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The 'Cointreauversial woman': Justin Edward

Priyanka Sharma  |  New Delhi 

French liqueur brand Cointreau is a key ingredient in most popular cocktails like Margarita, Cosmopolitan, and ‘Cointreaupolitan’. Made from orange peels and sweet oranges, a bottle of Cointreau is sold for around Rs 4,000 across five-star hotels, clubs and premium liquor shops in India. Justin Edward, head of Liqueurs at Rémy Cointreau (that manufactures cognac, liqueurs and spirits), was on his maiden visit to India this week along with famous burlesque performer Dita Von Teese, the brand’s global ambassador. The duo hosted ‘One Night in New Delhi’ as part of their ‘Be Cointreauversial’ campaign at The New Delhi. Priyanka Sharma talks to Edward about his plans in India

How big is the market for Cointreau in India?
Currently, the market is very small. The biggest challenge we face is that many consumers may not be aware that Cointreau is a key ingredient in most cocktails. But that gives us the opportunity to expand. What sets us apart is that we choose to focus our marketing on women because they are mostly the trendsetters in every country as well as more open to change.

Does focusing your marketing on women confine your consumer base?
It is a well thought out choice. In most countries, including India, women are the harbingers of change, innovation and progress. Moreover, Cointreau’s sweetness makes it more favourable to women’s palates. Cocktails are an elegant way of drinking alcohol and find more takers in women across the world. We are one of the only brands that speak directly to women. Moreover, while a consumer may enjoy whiskey alone, cocktails are usually a shared experience — so that widens our consumer base.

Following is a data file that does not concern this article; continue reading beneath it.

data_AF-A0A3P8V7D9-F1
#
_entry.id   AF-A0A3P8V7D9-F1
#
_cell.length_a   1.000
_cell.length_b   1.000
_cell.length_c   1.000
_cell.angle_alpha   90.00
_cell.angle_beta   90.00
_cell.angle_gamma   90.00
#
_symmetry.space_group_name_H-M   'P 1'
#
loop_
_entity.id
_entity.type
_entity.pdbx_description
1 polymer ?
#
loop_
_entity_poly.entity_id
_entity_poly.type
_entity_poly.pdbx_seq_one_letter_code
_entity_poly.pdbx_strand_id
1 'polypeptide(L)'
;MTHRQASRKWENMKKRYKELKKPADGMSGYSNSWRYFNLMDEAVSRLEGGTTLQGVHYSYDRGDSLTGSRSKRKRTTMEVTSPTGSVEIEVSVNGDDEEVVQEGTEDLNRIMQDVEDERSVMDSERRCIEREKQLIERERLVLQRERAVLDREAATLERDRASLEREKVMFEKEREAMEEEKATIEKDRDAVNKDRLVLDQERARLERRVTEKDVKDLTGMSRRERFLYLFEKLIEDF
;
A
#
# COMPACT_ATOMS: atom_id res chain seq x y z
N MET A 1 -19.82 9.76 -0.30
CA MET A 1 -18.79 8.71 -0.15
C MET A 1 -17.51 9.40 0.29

Tell us about the ‘Be Contreauversial’ campaign?

With the ‘Be Cointreauversial’ campaigns, we select women who are charismatic and confident, not afraid to try new things, to represent our brand. Dita Von Teese is one such woman. The ‘Cointreauversial’ woman is an intelligent urban woman who has the means and exposure to the finer things in life and has experienced luxury. Aishwarya Nair [The Leela Palaces, Hotels and Resorts Food & Wine Consultant] is another such example. The campaign is fun, irreverent and elegant, all at once. Forthcoming ‘Be Cointreauversial’ evenings in India will feature Indian women who embody Cointreau’s essence.

Each one will have her own nuances of controversy, which are open to interpretation.

What are the challenges of marketing liqueur in India?
Advertising alcohol [across television and billboards] is banned in several countries including France. This means we have to be extremely creative in our marketing techniques. We focus on creating experiences through tasting sessions in urban centres where women are exposed to luxury as well as have the resources to buy Cointreau. We also organise special cocktail classes for women and on-ground promotions like ‘High Heels Nights’. While India is a whiskey-dominated market, liqueurs and cocktails are picking up. There is a growing aspirational segment in India which wants to splurge on expensive liqueur. We focus on metros like Delhi, Mumbai and Bangalore. The most crucial aspect of our marketing will be to educate the trade about our merchandise. We need to make them aware about what makes our product premium and what goes into making a good drink.

What is your competition?
Mostly white spirits. In liqueurs, we have heritage and history on our side [in 1948, socialite Sames combined Cointreau, tequila and lime to create the original margarita]. Champagne is and will be our biggest competition. Asia, as a whole offers great opportunities for us. Japan, for instance, is warming up to cocktails. We are hoping to usher in some changes in India as well.

First Published: Sun, November 25 2012. 00:49 IST